Khabarovsk is a very pleasant city (much cleaner and tidier than Vladivostok), only 25km from China and a major tourist resort for Japanese tourists of all people (it has the best sushi in Russia!).
As today was Friday there were many wedding parties (Friday is the preferred day for Russians to marry) and I managed to get myself caught up in some of the proceedings.
I left Khabarovsk by crossing the Amur river on a 2km long bridge and following the route of the Trans Siberian Express.
The first 200km were brilliant bitumen.
and then stopped 3km later ..... to begin, stop, begin intermittently as road construction took place in a seemingly random fashion.
7th June - Day 3. Khabarovsk enroute to Chita (300km).
11pm that night, having ridden for 9 hours and travelled 500km, and still in broad daylight, I pulled over on the dirt to find a bus shelter for the night. I figured this was an easier option than putting up the tent and simply slept on the ground in my sleeping bag (all other nights I tented, as the Siberian mosquitoes are particularly voracious).
I woke up this morning with my sleeping bag covered in a dusting of dirt from all the vehicles that had passed in night - yes, the couriers drive non-stop and in their bleary eyed state can be a real menace on the road.
I stopped around 75kms down the road for breakfast at a roadside cafe, only to have my reading glasses stolen by a truck driver.
The dirt roads were getting worse and I had a few problems. First I had tried to "cheat a little" by riding on some of the newly laid road (instead of the dirt). The roadworkers had covered this with rocks and I ended up hitting a number, causing the Burgie underbelly to crack and causing the radiator fan to jam against the radiator. The bike was overheating at the low speeds I was travelling (20-35km per hour mostly) and I had to use the manual gearbox option on the Burgie to lower the revs to stop it boiling. This caused further problems as the dust on the roads was blocking the CVT filter and with manual gear selection the CVT was overheating too!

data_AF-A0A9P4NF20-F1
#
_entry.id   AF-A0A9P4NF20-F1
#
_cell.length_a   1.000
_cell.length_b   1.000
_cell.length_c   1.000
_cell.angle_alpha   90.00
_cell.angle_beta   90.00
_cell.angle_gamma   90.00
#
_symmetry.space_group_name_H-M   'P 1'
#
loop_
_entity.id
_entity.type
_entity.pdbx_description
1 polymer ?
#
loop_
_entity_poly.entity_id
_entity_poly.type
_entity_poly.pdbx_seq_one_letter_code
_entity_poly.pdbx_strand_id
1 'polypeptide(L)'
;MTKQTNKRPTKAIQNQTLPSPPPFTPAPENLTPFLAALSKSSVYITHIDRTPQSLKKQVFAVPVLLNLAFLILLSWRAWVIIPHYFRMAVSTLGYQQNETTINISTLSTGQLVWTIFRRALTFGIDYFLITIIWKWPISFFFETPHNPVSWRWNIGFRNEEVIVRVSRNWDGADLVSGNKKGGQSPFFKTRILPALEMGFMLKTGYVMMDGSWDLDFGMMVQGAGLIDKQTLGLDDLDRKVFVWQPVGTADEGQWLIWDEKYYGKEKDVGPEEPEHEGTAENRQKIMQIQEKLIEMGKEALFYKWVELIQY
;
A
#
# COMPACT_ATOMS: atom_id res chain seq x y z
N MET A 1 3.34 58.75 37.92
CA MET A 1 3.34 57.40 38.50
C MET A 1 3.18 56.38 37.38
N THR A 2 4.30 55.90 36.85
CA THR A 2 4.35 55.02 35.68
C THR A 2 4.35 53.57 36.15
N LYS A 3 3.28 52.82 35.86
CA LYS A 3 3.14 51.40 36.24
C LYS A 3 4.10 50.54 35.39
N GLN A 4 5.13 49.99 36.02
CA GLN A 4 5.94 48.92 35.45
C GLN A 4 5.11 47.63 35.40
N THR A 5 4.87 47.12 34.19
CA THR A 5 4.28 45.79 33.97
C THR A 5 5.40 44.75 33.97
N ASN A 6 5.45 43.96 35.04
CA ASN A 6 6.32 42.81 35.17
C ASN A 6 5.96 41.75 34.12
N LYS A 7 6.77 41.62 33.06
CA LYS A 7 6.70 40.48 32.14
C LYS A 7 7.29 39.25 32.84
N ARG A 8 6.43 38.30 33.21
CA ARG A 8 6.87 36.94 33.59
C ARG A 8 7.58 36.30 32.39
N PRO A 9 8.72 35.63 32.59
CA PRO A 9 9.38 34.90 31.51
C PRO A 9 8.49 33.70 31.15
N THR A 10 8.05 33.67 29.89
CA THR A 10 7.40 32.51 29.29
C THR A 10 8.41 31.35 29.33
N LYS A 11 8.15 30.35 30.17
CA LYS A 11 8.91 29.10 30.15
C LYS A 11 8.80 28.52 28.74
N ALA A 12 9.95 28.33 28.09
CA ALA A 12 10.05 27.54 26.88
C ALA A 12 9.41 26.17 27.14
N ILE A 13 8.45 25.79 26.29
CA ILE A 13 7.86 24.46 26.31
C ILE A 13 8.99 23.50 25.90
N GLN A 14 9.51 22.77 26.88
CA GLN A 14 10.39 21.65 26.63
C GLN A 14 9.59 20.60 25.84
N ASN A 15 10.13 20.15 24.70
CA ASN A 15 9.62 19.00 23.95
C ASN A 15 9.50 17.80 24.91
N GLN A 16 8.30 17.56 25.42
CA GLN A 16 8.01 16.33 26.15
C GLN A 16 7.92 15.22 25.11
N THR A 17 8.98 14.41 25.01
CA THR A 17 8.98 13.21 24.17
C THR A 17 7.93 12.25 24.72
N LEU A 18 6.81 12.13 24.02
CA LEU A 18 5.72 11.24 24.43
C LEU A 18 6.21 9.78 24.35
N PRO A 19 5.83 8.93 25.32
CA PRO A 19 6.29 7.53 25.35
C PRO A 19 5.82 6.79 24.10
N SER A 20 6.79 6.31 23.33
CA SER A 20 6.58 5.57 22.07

8-9-10 June - Days 4, 5 and 6.
This whole section became a blur of bad corrugated roads, limited fuel and food, camping, no mobile reception and lots of birch trees and dust.
From Vladivstok to Omsk the majority of vehicles on the road are imported Japanese used cars driven by professional drivers planning on selling the vehicles for a profit in their chosen destination.
They tape the bodywork of the cars to prevent stone chips, drive fast, stop for no-one and all carry guns. This causes the bad roads to be even worse, as kilometre dust clouds are formed by convoys of cars, passing you on both left and right whilst you are simply struggling to stay upright in the loose corrugated dirt sections - never mind not being able to see where you are going! In a couple of instances, cars couldn't see me either and there were a few near misses.
Whilst the Burgie has survived relatively intact - I haven't dropped it yet! - it's definitely looking a little worse for wear and the cast alloy wheels are a little square in parts. Overall it performed very well, even during occasional rain and the consequent mud.
My daily food intake was limited to one bowl of Borsch (Russian soup) with bread, two cups of coffee, lots of fresh water and a Mars bar for supper.